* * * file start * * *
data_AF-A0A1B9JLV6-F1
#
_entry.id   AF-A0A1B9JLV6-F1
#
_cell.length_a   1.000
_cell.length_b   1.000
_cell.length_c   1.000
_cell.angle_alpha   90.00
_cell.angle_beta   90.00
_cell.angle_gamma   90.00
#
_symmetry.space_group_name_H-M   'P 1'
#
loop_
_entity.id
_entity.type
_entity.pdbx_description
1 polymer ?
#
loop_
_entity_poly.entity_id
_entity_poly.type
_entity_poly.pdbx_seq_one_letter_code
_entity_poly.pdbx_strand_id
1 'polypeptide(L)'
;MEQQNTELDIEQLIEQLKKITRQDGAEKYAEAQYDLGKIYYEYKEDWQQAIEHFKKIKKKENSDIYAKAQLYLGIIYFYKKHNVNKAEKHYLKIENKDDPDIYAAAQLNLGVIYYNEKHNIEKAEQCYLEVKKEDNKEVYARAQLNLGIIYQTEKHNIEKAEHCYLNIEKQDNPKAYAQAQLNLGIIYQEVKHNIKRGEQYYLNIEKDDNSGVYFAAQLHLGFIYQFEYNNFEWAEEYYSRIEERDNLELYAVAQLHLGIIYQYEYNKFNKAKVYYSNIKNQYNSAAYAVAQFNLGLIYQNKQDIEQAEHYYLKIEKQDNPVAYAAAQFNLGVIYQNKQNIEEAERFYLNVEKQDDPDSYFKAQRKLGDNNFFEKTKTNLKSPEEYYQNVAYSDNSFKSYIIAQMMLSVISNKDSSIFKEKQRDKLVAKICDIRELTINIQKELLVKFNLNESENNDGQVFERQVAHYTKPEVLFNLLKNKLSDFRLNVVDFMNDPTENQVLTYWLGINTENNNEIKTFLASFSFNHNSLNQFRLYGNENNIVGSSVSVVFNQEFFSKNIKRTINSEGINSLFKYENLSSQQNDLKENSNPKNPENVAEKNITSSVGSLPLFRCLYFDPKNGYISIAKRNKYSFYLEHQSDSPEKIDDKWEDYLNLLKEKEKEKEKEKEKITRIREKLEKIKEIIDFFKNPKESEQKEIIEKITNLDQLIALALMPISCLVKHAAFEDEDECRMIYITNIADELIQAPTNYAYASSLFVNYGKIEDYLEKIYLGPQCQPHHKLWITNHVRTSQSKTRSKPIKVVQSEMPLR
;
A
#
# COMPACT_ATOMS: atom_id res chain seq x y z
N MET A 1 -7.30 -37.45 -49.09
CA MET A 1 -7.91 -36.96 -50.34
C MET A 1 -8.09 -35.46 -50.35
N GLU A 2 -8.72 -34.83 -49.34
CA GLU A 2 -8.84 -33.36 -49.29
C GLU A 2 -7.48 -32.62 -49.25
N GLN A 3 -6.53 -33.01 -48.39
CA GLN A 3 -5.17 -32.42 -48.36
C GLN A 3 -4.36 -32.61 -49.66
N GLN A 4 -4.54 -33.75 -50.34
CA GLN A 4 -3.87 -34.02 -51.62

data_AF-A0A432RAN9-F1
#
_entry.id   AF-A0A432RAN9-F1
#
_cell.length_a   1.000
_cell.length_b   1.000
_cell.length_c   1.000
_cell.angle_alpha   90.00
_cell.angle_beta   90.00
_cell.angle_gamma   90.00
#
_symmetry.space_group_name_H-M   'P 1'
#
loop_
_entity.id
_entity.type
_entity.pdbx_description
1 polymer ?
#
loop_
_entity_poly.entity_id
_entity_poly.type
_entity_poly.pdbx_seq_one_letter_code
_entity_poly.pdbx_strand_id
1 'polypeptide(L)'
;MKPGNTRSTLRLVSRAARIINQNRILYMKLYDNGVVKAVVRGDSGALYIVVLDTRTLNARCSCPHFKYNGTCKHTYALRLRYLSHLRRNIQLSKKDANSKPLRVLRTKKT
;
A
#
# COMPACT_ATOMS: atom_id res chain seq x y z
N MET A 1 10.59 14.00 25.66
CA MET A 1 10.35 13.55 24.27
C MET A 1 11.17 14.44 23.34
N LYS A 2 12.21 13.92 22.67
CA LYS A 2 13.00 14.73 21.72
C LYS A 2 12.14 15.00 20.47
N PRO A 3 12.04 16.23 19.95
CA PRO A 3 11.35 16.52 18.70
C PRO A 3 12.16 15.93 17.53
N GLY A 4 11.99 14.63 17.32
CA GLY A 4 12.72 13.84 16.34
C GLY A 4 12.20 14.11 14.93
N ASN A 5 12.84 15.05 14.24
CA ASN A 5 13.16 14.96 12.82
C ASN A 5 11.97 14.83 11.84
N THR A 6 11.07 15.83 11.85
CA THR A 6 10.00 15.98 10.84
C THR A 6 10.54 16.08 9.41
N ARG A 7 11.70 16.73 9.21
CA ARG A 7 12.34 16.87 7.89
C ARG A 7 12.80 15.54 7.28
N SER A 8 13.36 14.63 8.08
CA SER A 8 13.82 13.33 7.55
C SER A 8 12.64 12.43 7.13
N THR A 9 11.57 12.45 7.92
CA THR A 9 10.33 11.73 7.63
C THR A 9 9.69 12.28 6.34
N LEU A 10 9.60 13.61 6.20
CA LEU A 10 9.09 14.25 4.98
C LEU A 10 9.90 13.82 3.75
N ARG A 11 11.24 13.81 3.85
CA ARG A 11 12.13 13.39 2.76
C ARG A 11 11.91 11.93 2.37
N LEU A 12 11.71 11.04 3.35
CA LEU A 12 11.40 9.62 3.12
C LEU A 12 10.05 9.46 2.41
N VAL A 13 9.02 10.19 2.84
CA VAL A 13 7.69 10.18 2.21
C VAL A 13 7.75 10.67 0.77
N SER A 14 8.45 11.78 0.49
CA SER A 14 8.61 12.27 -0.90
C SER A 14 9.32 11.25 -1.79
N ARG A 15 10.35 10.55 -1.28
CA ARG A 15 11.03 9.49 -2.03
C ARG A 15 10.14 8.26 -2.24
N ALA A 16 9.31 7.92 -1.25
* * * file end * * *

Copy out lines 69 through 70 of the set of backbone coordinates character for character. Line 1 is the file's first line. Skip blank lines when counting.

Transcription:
A
#